Each airline has its own policies regarding cancellations and changes, and each fare offered by the airline comes with different rules governing cancellation and change fees.
Should you need to cancel or change your flight outside of the 24-hour window, the recommended course of action is to visit your carrier's website to read up on its change and cancellation policies. Some airlines still allow for cancellation and refund in the form of an airline credit, minus the change fee.
There could also be special exceptions that allow you to avoid change/cancellation fees based on your particular circumstance. Should you not be able to find your specific circumstance on their website, then I recommend to call the airline and speak to a customer service representative.
Last but not least, is insuring your non-refundable flight – which is the most recommended course of action. Each travel insurance policy operates differently and offers cancellation refunds for unexpected events like, terrorism, sickness, bankruptcy, revocation of military leave, having to work during your vacation time, pregnancy, moving to a different state, hurricanes, and so on. Read the cancellation details on your travel insurance policy to know what is covered and what not.
There are other travel insurance policies, like RoamRight’s Cancel For Any Reason, that will give you a broader financial protection should other events not usually covered by other policies occur – like not wanting to take that ski trip anymore because the slopes don’t have enough snow this winter. In these cases, RoamRight offers 75% of non-refundable trip costs.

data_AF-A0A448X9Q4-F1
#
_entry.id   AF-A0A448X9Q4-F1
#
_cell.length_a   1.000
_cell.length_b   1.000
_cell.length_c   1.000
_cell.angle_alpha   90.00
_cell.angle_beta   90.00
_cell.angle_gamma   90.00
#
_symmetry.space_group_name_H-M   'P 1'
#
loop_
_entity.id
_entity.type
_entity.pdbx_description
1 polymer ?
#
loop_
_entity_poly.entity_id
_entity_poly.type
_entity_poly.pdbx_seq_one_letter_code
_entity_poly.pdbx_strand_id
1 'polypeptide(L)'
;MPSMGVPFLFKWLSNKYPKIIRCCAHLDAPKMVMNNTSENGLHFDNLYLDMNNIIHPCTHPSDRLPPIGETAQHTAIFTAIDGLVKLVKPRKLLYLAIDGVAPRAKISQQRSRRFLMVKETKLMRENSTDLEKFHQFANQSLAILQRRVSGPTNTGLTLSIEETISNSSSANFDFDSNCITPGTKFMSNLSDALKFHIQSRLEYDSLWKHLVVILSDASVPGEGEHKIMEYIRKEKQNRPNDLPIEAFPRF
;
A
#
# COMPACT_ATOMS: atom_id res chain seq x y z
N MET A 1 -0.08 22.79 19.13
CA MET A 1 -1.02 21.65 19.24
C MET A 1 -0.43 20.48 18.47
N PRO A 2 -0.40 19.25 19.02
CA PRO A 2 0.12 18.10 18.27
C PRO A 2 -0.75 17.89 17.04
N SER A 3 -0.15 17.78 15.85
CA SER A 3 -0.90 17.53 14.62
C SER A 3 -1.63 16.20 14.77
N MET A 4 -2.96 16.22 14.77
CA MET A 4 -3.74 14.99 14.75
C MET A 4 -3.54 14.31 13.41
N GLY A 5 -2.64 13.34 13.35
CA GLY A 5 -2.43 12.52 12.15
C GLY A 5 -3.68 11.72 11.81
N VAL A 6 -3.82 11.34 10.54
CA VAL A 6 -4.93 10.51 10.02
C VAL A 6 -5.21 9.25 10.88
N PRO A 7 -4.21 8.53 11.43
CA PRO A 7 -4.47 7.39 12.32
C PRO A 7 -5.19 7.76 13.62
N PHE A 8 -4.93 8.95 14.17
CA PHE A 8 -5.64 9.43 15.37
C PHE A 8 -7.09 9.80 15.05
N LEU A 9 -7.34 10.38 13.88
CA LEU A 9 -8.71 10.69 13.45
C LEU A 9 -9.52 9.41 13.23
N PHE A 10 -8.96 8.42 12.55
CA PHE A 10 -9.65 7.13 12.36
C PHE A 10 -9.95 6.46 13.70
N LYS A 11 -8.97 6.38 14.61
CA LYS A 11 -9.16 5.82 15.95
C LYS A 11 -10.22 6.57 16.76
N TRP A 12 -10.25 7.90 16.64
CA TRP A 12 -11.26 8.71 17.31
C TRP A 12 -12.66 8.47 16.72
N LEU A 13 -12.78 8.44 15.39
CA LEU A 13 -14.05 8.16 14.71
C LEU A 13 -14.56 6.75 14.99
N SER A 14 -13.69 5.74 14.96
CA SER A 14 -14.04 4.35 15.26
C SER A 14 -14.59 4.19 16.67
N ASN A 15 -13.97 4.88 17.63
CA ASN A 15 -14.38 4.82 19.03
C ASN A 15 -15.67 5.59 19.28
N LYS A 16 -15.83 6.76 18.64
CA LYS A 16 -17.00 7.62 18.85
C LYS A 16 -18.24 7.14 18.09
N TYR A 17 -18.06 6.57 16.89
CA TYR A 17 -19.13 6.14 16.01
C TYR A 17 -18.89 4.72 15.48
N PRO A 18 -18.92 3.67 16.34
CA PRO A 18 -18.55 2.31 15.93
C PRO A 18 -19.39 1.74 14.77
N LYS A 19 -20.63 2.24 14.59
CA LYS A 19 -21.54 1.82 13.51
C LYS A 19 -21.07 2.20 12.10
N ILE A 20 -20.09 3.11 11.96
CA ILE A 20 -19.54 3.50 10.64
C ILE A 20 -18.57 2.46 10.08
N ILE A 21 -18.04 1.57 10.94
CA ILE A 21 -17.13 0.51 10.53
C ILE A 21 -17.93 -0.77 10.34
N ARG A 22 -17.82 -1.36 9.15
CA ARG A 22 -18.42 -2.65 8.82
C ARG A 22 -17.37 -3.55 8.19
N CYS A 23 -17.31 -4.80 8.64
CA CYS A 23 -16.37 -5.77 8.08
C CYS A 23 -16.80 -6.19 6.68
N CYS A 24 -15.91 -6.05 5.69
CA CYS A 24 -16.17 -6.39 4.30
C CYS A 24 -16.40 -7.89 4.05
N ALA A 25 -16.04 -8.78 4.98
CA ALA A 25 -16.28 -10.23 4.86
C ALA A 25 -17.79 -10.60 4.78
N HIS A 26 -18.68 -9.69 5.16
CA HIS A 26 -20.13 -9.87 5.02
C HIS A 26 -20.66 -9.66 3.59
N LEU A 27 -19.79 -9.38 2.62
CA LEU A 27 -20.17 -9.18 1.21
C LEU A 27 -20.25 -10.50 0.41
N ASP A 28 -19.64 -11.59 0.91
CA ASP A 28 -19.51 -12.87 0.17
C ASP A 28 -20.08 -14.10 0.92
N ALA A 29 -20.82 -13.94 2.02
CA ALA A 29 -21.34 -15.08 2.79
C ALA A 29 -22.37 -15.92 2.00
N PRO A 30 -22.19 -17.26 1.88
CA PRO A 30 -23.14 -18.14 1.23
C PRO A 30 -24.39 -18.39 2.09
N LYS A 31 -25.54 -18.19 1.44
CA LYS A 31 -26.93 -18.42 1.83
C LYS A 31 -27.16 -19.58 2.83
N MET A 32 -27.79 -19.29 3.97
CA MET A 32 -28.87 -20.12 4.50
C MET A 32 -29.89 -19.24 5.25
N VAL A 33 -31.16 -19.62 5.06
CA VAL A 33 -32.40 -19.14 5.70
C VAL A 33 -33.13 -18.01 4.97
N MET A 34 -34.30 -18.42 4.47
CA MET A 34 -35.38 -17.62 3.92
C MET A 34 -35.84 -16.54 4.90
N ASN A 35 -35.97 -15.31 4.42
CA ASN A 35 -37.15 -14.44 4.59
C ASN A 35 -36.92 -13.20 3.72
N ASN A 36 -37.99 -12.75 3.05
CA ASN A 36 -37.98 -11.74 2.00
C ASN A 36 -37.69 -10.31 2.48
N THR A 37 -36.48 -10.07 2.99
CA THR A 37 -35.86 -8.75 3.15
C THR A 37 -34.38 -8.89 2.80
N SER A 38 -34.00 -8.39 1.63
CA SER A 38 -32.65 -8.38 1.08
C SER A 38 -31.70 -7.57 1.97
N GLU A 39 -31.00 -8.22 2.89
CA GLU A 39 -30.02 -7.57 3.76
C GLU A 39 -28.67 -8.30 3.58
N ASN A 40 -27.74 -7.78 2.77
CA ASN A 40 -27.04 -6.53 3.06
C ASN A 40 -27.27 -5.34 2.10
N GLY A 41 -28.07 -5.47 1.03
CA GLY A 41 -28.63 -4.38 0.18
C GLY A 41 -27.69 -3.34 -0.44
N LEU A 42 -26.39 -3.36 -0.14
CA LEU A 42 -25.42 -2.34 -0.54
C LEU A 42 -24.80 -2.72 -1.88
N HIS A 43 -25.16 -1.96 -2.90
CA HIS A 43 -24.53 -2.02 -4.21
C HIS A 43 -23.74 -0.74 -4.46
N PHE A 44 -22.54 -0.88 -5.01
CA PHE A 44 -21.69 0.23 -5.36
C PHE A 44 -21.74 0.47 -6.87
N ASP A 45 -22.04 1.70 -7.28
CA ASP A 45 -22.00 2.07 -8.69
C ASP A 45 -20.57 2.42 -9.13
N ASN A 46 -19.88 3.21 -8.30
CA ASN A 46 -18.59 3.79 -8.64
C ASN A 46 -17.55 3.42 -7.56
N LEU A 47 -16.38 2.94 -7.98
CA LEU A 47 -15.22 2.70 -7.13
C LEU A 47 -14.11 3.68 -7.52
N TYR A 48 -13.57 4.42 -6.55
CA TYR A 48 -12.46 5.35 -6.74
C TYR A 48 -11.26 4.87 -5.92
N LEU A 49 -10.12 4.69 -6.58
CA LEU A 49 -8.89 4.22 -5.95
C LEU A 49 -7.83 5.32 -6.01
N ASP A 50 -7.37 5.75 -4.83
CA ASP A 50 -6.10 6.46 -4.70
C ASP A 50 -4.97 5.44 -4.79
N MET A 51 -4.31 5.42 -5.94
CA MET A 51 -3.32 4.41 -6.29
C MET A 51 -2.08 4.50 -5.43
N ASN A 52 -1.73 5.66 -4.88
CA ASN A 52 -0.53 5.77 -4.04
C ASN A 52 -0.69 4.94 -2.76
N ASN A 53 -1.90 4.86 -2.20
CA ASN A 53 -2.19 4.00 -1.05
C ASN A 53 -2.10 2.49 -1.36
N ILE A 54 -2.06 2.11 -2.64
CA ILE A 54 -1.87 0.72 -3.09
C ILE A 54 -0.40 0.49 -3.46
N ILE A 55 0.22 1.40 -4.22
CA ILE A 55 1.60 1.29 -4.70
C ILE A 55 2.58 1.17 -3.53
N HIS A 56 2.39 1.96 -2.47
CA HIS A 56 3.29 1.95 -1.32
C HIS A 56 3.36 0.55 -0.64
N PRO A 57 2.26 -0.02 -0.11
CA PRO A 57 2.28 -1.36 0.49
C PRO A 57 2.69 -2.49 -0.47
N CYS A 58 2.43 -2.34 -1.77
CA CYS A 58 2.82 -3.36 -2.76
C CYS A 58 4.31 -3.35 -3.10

As you can see, a non-refundable flight doesn’t mean you have to lose your money and get stuck with a flight you won’t use.
Note: Available plans and coverages may have changed since this blog was published.
Arch RoamRight recently launched two plans on our website; learn the differences between the plans.
Volcanic eruptions are natural disasters that may be covered events under Arch RoamRight travel protection plans. From minor disruptions to catastrophic events, volcanos can affect travelers around the world.
Norbert Figueroa is an architect who hit the pause button on his career in 2011 to do a round the world trip. He's been blogging for over three years at globotreks.com, where he shares his travel experiences, budget travel tips, and a good dose of world architecture. From hiking Mount Kilimanjaro to diving with great white sharks, he is always on the search of adrenaline and adventure. Norbert is originally from Puerto Rico and he is currently based in Milan, Italy... when not roaming around the world, that is. He has traveled to more than 80 countries in 5 continents and his goal is to travel to all 193 U.N. recognized countries. Follow Norbert on Facebook, Twitter, Instagram and Google Plus.